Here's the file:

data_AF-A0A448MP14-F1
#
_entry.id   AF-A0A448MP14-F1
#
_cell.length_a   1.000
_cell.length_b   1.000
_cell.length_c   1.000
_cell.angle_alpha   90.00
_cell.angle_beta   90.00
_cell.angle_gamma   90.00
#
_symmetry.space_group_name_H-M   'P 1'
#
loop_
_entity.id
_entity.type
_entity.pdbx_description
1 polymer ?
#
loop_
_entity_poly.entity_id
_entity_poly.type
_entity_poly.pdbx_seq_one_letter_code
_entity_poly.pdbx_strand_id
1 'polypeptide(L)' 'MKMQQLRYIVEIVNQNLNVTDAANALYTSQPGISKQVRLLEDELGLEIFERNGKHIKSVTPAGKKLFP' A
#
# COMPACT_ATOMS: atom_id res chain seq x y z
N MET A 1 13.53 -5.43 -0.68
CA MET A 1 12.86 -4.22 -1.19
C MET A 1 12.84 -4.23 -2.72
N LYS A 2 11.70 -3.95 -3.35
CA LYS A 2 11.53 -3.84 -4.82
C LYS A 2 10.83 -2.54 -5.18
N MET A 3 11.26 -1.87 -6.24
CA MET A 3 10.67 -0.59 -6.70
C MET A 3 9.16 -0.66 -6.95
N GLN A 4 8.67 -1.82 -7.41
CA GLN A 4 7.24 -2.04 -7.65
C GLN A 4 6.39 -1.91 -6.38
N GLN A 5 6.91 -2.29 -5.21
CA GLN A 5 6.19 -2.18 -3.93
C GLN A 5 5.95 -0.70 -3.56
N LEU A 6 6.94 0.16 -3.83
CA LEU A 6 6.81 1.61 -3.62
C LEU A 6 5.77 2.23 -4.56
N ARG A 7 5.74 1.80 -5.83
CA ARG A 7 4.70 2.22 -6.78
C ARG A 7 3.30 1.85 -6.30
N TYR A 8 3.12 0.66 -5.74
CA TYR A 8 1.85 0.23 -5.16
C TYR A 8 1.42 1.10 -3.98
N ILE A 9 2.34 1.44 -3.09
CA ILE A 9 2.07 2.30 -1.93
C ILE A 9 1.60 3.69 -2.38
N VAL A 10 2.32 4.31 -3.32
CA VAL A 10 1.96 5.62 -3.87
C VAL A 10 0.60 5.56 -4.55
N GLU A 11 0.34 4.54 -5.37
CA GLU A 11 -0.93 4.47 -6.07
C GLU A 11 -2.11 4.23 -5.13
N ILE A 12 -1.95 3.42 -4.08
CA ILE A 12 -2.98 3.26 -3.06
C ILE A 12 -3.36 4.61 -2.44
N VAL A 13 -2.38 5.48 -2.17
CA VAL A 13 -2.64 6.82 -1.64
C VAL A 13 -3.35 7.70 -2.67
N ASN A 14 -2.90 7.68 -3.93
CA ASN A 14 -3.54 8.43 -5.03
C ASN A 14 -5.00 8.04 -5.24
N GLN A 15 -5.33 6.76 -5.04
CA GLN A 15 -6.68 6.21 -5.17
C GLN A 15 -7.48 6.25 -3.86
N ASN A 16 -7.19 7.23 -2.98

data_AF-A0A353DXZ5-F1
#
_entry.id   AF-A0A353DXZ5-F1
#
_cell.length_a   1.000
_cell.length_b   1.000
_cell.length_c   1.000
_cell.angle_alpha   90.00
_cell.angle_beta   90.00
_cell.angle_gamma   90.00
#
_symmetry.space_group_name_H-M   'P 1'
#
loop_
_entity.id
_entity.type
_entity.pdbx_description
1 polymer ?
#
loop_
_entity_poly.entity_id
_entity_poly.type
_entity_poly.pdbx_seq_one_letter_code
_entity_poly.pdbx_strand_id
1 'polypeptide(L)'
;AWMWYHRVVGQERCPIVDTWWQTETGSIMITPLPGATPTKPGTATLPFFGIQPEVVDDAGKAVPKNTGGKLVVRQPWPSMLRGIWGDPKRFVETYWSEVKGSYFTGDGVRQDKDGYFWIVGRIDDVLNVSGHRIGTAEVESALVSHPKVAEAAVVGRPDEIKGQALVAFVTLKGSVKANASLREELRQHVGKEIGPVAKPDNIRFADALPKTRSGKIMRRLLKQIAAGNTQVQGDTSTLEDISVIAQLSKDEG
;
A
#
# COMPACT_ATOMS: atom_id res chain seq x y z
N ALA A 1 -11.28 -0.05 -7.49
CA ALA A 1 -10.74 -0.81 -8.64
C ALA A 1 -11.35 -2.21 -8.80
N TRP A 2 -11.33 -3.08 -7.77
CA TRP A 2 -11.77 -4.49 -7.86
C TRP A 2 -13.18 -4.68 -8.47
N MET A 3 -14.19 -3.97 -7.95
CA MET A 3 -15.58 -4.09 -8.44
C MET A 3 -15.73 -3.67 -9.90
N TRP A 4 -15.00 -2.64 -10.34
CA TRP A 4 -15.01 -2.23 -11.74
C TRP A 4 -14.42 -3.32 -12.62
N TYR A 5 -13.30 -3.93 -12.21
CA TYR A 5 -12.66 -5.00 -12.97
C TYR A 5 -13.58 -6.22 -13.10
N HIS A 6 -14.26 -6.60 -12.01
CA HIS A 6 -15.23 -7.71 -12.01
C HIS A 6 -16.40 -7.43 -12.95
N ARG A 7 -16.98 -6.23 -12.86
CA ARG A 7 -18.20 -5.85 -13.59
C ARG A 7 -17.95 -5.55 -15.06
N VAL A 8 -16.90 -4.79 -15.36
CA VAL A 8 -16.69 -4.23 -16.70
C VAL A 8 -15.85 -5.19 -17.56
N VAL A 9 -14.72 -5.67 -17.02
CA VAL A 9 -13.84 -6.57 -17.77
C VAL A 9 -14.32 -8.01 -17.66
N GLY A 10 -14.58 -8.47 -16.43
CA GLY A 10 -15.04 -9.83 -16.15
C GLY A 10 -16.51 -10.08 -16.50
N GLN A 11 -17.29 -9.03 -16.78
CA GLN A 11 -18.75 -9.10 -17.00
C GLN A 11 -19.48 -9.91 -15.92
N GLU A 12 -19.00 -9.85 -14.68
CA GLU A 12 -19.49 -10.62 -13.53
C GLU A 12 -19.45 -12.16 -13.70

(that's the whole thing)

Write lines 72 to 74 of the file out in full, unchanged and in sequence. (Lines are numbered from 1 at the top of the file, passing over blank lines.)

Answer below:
C GLN A 15 -7.48 6.25 -3.86
N ASN A 16 -7.19 7.23 -2.98

data_AF-A0A353DXZ5-F1